I've made many friends on this cider adventure and today was definitely a highlight. One, for meeting up with a few of the North West's cider makers but, two, for having the chance to raise a glass of the good stuff in memory of the guy who brought us all together in the first place.

Today was all about grafting trees (joining a new rootstock to a scion - which is a cut twig from an existing tree) with our good friend Samuel Bolton from Grafting For Orchards. He's featured in earlier posts and his expertise on horticulture, flora and fauna is to be marvelled at.

Due to delayed trains, Samuel and I ended up sharing a carriage from Manchester to Huddersfield for our meet-up at The Rat and Ratchet with fellow cider makers Udders OrchardGrumpy John'sMad Abbot and Nouveau Cakes (not sure of the cider link there, forgot ask them).  Samuel carried with him a plethora of graft wood and scions from trees recently pruned.  "New growth is key for grafting as you want scion wood that's from the last year's growth," says Samuel.

Once the first pints were ordered we hastened to an upper room at the Rat and Ratchet ready to watch and learn from the master.

It's such a simple process, really, albeit with some careful precision with a good pair of clean shears and a craft knife. Clean, sharp tools are paramount so as to avoid problems and potential spread of canker (fungal disease). On my first attempt my church window - the small arch of cut wood that should be visible when joining scion to rootstock - was more of a closed window but Samuel assured me that the join was good. I did find it hard getting a straight cut through the scion wood but I "mooned it" meaning my cut curved too much. Samuel explained that you want both your cuts to be the same angle so that the graft has the best chance for fusing. I like to think I improved for the other graft I made.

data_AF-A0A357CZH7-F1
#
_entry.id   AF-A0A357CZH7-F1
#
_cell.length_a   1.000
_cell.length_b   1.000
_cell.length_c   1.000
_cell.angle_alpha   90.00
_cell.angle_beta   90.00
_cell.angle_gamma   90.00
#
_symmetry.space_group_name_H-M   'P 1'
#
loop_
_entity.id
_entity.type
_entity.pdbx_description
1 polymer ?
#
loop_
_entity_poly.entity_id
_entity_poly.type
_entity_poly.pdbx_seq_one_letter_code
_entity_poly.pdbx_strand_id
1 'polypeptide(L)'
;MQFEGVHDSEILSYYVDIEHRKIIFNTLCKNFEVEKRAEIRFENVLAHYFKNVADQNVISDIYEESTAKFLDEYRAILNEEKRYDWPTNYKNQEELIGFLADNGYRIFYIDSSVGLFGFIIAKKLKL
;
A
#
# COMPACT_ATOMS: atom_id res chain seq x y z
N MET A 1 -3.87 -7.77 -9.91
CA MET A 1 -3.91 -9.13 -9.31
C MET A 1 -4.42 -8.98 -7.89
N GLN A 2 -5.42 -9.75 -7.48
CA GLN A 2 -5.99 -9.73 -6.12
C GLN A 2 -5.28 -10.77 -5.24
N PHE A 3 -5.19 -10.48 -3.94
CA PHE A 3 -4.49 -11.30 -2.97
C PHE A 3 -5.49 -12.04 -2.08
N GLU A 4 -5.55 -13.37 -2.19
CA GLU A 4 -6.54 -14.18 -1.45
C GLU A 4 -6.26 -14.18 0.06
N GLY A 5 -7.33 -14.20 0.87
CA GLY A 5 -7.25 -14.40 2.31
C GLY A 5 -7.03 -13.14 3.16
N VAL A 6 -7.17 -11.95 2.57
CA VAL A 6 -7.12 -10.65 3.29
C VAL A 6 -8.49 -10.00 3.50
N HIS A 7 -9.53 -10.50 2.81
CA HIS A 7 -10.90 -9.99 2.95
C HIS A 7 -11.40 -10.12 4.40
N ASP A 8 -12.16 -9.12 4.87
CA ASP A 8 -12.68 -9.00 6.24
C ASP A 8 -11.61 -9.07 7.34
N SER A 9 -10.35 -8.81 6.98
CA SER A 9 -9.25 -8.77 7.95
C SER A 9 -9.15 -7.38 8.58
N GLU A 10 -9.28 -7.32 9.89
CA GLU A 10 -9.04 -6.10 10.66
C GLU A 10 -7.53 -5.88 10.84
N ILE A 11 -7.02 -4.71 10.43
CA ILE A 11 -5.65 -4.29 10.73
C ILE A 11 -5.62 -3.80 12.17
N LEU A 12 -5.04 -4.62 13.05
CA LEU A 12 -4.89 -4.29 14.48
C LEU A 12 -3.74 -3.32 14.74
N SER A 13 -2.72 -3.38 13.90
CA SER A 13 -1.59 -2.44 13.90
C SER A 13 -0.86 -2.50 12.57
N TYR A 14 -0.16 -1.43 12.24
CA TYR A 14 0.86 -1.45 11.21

In the time I had, I walked away with a Yarlington Mill (Grafted by Samuel), a Kingston Black and a Bloody Ploughman all on M27 rootstock.

Alas, I had to leave the hard graft (pun intended) to the guys in order to get my train back home to the family but before I left there was just enough time to charge a glass to Matt at Nook's Yard Cider who sadly passed away last year. He's the reason our little North of England Cider Association AKA NECA (and friends) meet up and share local cider news and stories.

Matt was a true legend and Joe and I called upon his knowledge and expertise on numerous occasions and we're sad to have lost one of our own. Here's to you Matt... "clink"

We'll continue to pursue the things Matt held dear, such as pushing for a national recognition for Northern Cider. From what I tasted today (Udders Orchard Whisky Cask) there's a lot to shout about. Also for all NECA members to be clear in our labelling as to the percentage of fruit in our bottles. Ours, like Matt's is 100% apple juice, unless it's our Pyder - our pear and apple mix (still 100% juice!).

Thanks Matt, we missed you today but your memory and dedication to Northern cider lives on through us.

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